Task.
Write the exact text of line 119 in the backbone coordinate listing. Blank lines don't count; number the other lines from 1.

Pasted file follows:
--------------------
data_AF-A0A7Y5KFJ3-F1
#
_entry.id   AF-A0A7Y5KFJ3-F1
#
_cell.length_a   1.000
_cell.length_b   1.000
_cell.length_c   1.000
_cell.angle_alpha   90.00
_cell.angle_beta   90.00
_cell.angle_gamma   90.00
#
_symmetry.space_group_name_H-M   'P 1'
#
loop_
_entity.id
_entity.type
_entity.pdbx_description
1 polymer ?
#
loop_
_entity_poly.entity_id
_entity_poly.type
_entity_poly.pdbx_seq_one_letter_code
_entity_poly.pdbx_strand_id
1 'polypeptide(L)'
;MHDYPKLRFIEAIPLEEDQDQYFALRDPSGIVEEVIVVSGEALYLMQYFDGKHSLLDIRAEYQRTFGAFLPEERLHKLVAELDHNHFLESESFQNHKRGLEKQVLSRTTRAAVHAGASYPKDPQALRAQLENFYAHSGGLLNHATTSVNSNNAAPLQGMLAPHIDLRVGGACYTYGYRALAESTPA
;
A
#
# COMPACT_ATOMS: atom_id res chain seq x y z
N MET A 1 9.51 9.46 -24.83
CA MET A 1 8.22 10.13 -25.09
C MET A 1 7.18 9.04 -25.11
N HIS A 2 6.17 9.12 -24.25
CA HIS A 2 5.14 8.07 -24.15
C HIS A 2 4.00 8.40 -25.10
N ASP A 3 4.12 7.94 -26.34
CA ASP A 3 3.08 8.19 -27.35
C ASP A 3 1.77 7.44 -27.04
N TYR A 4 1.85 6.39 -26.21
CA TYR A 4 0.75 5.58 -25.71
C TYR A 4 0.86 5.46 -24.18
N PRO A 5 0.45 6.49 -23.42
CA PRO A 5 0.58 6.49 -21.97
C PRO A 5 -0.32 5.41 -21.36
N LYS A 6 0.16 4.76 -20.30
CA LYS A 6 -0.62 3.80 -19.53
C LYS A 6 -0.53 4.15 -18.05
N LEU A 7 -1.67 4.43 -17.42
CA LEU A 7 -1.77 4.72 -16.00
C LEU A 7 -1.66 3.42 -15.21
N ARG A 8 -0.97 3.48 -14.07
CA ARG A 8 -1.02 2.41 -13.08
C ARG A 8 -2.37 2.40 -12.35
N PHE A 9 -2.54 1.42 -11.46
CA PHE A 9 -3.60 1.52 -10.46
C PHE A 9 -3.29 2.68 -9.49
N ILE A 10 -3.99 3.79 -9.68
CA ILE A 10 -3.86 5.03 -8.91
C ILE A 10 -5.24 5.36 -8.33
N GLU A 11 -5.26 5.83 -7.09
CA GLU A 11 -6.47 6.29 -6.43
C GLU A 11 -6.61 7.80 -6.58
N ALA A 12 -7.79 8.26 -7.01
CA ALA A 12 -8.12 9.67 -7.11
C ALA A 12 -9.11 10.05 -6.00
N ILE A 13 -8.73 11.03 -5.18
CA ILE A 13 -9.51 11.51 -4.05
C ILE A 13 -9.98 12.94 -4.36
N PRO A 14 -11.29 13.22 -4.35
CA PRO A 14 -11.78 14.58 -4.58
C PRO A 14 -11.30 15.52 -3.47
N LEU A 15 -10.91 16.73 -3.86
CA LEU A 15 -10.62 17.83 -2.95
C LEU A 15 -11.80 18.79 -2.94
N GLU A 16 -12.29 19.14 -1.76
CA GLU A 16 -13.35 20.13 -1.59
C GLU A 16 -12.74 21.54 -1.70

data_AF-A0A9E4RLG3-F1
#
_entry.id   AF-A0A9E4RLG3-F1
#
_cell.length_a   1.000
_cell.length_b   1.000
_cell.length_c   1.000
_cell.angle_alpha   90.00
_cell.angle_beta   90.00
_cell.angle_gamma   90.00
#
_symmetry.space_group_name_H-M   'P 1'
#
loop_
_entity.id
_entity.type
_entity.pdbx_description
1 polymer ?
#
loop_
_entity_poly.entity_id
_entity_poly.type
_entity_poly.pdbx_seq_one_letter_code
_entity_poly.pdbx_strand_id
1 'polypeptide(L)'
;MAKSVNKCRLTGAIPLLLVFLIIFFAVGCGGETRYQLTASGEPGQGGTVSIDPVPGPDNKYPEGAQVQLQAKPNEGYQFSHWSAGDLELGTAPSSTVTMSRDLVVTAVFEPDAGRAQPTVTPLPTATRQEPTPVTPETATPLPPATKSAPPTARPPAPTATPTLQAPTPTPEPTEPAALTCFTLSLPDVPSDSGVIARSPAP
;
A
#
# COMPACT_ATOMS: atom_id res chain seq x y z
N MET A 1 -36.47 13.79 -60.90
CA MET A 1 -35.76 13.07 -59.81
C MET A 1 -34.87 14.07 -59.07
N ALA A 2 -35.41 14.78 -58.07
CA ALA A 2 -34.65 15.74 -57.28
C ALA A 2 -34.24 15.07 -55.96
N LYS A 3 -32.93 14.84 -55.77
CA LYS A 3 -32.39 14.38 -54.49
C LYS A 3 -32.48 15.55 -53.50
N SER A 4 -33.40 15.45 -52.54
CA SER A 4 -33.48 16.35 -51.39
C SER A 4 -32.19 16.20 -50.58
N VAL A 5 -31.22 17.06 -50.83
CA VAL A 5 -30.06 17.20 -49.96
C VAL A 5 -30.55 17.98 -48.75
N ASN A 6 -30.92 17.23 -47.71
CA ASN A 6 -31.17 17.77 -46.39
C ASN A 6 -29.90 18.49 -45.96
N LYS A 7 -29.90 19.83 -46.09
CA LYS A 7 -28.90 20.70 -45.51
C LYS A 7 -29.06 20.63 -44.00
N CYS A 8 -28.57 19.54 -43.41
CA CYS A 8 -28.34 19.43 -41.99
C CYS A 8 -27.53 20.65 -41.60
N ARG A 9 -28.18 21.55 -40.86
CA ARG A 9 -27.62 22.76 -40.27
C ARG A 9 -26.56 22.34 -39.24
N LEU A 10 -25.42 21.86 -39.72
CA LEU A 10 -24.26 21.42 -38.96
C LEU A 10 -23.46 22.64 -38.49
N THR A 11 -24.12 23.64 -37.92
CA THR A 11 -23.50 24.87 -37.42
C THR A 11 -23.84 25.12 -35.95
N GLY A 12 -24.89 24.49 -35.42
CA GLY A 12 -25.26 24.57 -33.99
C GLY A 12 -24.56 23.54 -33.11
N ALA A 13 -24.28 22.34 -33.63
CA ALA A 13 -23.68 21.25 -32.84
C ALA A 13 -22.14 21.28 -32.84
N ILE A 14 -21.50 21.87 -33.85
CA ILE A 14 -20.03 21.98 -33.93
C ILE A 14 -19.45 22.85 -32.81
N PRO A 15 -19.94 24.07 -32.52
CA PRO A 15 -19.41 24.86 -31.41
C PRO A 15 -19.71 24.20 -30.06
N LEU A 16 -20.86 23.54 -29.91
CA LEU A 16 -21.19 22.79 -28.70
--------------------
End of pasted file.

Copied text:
CA SER A 4 -33.48 16.35 -51.39